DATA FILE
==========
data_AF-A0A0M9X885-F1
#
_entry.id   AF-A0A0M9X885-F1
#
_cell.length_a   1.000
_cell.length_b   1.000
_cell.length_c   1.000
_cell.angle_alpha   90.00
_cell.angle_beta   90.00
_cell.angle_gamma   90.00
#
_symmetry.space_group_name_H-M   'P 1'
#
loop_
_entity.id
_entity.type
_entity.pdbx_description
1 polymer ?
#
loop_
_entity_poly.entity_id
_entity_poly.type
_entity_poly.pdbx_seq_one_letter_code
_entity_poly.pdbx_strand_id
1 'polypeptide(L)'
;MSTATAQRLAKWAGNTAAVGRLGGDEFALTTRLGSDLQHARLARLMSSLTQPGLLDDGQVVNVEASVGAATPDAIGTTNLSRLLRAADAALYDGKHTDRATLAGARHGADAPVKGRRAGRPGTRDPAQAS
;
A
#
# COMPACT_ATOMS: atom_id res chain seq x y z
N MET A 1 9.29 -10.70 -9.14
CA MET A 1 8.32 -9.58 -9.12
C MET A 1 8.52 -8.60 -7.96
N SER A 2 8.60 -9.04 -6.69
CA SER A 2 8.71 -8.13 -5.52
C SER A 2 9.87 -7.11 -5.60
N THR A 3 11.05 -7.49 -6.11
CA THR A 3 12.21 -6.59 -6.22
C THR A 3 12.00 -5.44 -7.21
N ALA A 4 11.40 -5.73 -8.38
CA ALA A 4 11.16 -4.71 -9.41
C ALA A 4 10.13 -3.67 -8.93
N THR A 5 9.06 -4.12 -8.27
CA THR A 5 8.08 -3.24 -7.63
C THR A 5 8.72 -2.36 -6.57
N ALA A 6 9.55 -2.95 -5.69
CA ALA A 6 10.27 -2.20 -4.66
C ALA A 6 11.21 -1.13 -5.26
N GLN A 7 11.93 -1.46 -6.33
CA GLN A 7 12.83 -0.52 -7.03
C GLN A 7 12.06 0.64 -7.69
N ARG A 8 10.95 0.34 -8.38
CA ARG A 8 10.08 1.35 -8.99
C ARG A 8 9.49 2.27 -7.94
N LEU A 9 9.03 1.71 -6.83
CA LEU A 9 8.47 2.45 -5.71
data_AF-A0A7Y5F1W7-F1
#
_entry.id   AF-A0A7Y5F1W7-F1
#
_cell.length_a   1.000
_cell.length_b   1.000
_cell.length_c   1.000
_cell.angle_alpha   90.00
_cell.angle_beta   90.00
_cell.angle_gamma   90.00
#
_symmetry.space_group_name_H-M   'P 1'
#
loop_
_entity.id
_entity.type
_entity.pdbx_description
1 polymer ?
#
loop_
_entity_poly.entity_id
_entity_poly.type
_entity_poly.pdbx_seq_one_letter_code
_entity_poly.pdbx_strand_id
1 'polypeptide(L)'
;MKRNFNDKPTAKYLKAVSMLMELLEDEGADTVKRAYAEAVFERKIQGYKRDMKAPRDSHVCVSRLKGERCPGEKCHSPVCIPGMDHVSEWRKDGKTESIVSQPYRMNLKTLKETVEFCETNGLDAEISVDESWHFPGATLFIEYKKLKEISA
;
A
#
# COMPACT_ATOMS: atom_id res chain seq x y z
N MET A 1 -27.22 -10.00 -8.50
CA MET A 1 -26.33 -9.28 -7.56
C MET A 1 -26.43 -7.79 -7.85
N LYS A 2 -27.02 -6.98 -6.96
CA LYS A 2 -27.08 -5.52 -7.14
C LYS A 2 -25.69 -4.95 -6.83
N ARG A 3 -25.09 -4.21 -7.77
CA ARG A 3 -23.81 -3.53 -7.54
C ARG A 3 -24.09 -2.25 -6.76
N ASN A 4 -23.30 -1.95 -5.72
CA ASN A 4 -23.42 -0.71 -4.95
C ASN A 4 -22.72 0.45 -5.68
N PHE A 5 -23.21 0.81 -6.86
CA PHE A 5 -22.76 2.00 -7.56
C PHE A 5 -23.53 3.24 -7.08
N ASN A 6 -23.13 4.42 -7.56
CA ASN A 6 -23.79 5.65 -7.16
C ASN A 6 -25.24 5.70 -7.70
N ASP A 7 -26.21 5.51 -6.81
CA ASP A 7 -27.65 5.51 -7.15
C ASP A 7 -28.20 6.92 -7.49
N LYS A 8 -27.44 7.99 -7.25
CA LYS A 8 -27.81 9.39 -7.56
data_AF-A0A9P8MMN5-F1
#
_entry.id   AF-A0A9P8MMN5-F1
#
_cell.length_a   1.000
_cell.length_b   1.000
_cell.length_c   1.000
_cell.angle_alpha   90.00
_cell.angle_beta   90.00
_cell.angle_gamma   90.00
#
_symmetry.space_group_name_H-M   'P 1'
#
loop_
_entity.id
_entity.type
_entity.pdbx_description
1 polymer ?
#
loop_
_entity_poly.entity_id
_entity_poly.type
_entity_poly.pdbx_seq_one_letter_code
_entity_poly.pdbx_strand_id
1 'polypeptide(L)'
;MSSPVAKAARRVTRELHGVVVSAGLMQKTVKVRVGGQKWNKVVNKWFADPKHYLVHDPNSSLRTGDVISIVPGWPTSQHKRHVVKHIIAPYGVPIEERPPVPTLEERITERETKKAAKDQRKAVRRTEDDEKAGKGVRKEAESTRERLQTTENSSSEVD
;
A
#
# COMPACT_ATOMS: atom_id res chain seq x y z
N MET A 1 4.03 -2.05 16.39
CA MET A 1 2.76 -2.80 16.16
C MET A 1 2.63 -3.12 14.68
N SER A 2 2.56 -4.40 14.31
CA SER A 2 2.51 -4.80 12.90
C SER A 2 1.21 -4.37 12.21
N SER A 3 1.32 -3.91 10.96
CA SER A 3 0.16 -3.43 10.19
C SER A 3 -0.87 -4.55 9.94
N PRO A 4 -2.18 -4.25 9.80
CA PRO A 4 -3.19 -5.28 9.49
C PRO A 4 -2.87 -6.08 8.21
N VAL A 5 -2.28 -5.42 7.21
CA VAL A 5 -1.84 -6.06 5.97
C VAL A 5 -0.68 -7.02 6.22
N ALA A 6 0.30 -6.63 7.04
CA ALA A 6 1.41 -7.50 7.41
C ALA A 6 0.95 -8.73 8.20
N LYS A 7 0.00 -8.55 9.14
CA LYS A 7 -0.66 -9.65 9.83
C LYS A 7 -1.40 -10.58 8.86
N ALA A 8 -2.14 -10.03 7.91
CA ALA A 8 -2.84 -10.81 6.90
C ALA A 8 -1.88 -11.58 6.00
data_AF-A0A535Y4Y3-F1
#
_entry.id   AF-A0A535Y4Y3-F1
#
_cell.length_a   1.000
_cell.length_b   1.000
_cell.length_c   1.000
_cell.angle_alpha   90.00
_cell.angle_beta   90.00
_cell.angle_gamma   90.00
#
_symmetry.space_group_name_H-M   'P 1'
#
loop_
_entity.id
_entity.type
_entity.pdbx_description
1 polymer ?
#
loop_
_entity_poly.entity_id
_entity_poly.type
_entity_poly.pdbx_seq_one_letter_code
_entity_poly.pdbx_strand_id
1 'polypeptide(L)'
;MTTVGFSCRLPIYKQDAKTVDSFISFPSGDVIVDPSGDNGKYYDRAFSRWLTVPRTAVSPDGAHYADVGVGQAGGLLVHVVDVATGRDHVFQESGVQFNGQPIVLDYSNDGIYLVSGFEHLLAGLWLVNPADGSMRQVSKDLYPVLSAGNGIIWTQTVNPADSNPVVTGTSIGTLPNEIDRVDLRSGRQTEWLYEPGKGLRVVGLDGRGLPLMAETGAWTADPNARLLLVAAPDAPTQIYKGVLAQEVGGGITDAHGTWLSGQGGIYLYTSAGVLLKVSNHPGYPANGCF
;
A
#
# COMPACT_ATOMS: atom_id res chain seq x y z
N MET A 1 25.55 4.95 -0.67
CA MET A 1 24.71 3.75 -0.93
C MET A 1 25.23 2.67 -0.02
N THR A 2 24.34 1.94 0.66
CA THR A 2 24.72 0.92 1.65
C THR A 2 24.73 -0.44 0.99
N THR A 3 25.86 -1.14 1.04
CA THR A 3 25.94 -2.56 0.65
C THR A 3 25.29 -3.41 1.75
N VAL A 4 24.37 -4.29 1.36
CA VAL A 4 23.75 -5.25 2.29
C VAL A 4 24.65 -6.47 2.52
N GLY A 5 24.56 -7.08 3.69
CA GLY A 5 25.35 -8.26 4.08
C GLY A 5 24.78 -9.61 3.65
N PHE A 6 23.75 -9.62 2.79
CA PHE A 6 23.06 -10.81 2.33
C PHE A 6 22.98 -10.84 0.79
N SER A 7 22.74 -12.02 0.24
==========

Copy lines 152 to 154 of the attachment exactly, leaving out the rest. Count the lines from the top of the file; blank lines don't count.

N VAL A 5 -2.28 -5.42 7.21
CA VAL A 5 -1.84 -6.06 5.97
C VAL A 5 -0.68 -7.02 6.22